Player (as City Watch): “Looks to me like you [some thugs] are extorting money from this merchant.”
Reylene (merchant): “It’s quite acceptable, truly. I have to admit that I’ve been looking forward to this day.”
Player (as City Watch): “Um … you have?”
Reylene: “It means I’ve made it. After all, they wouldn’t be trying to take money from someone who was unsuccessful. I consider it a rite of passage.”
Neverwinter Nights 2
RSS feeds are a nice way to automatically get content from the sites you are interested it. You can even use it to get informed about new scientific articles. There are a couple of blogs I follow via RSS feeds, either in my mail program or in DEVONthink, and I have got a few subscribers myself (RSS Feed Link here). Unfortunately, some of these subscribers are Scrapper sites. They automatically copy entire postings and put them onto “their” sites.
These are not bloggers referring to this site — there are a few and it always brightens my day. It’s nice to be read and their blogs are usually also interesting. Which reminds me that I should create a page with links to blogs that refer to this site or its postings. (update: done)
But with scrapper sites, this is an automated process. The motivation is likely to get advertisement revenue this way. They automatically copy the entire content from different, often highly heterogeneous blogs.
Although they include a back-link to my posting, this makes me very angry. If I think about it, among others, for the following reasons:
- It’s a blind process: I want my work to be read — one reason why I write a blog or why my book is also available for free download as PDF (donationware). However, these scrapper sites leech onto my content automatically. There is no one reading there (which you notice when you look at special characters their software has problems with).
- Their interest is not in organizing creativity, it’s in making money with other people’s content: The content is used as “cheap” material to attract visitors — likely to make money via ads. The problems with special characters are especially hurtful — I know I make spelling mistakes and my grammar is not that … good, but still, the way it’s crippled hurts.
- They likely degrade my content with ads: I pay a few hundred bucks each year to keep my sites ad-free. I browse with an activated ad-blocker (which makes the Internet serenely peaceful), I would feel like a hypocrite if I would try to make money with ads. These sites likely use ads to make money — something I deliberately avoid.
So, essentially, this is automatic stealing.
Personally, I have used text from other sites, or even images on this site — to refer to these other sites (e.g., Coursera, or yesterday’s recommendation of Incidental Comics). The quotes/images (should) all have a source information below them. It’s usually only a small part, never a whole posting. In short it’s fair use.
These scrapper sites, however, use my RSS Feeds without my consent and without any adherence to fair use. Apparently it’s an old phenomenon and — unfortunately — my blog is (also) targeted. There is some interesting information about it available, e.g., this article about content scrapping from vocus.com.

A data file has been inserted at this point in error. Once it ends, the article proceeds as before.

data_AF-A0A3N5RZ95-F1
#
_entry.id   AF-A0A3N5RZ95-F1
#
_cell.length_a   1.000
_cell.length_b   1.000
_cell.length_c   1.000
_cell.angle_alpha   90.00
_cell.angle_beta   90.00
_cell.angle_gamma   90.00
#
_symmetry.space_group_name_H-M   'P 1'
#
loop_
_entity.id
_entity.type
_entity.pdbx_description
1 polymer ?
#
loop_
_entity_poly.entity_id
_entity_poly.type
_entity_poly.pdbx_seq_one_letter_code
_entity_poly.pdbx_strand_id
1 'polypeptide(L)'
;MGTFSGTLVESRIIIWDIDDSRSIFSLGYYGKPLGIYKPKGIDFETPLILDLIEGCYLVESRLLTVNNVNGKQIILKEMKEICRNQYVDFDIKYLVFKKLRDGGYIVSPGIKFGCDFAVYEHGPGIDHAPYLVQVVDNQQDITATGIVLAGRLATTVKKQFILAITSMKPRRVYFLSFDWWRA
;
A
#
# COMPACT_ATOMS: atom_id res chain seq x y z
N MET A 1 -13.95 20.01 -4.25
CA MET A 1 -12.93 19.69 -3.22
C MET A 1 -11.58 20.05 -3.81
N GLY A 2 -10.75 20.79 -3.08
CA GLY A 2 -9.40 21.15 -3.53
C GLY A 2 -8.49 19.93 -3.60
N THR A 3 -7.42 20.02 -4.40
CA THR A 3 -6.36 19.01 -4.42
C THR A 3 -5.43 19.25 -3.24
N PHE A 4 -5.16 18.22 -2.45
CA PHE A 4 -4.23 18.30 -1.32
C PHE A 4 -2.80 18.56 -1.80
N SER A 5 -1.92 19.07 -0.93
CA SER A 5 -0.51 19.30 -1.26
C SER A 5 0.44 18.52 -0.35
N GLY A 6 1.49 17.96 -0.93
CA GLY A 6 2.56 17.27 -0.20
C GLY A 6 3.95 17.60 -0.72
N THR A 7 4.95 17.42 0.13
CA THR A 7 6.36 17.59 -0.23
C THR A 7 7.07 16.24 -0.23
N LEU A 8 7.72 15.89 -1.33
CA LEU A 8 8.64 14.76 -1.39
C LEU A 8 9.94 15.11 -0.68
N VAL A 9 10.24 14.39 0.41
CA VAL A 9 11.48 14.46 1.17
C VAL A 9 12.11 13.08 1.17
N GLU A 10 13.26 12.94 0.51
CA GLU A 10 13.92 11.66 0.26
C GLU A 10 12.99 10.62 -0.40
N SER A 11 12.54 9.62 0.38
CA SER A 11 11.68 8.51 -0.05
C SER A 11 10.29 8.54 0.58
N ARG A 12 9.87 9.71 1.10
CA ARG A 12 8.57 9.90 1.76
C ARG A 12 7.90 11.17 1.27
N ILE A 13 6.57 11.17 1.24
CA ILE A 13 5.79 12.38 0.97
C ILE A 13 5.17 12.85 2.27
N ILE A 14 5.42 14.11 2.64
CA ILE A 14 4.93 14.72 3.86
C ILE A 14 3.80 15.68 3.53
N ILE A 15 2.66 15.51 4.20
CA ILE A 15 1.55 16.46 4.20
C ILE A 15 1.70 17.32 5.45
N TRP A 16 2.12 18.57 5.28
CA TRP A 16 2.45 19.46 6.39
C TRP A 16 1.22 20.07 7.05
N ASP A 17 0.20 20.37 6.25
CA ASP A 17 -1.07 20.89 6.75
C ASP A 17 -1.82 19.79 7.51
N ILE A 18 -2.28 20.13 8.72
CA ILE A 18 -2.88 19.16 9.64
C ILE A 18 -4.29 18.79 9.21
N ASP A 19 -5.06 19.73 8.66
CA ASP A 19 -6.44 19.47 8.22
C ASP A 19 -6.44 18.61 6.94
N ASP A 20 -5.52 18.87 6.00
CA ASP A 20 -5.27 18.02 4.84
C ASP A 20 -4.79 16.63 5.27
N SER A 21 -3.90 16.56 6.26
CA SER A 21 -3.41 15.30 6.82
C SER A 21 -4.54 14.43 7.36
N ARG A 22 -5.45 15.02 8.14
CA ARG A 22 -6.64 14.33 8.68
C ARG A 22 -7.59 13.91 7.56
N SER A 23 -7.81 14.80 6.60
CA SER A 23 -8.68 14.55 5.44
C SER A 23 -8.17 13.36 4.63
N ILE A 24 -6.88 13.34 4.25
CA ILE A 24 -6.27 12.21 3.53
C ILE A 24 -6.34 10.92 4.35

Frankly, I don’t want to spend my time filling in takedown notices (and I have my own reservations when it comes to DMCA notices). Not to mention the negative effect is has on my motivation to write — I hate plagiarism! Still, whenever I see a blog automatically posting my entire blog entries and even hot-linking my photos/images, I’m taking action against them.
To facilitate this a little, I am changing the RSS Feed to partial content. At least this way the scrapper site cannot take it all (I hope). I’m sorry for those who use RSS Readers and have to visit this blog via their browser.
Man, this can really suck the fun out of blogging …
WordPress has reacted to the take-down notice (within approx. 5 hours, which is positive 🙂 ). They removed the posting with the usual: “If the publisher decides to submit a counter-notice you will be notified immediately.” Nice. Bring it on, baby! Strange thing is that while the my posting was removed, the rest of the “blog” is still online. It’s not only my posting that this person has copied. Why they don’t take down the whole blog is beyond me — do they really need “users” that desperately? Still waiting on Blogger …
Given that the ones who at least state the source seem to use the standard format: “Source: http://www.organizingcreativity.com/PAGELINK”, I did a search for “Source: http://www.organizingcreativity.com”. Shouldn’t have done it. 77 hits and almost all scrapper sites … I think I need a workflow for take-down notices. Worst thing is that most of them seem to be hosted on other sites than WordPress or Blogger, which means contacting individual providers. It was a good idea to remind me of the other bloggers who create interesting content of their own (and among others, refer to this blog, for which I am thankful). I need this now as a necessary counterweight against these scrapper blogs.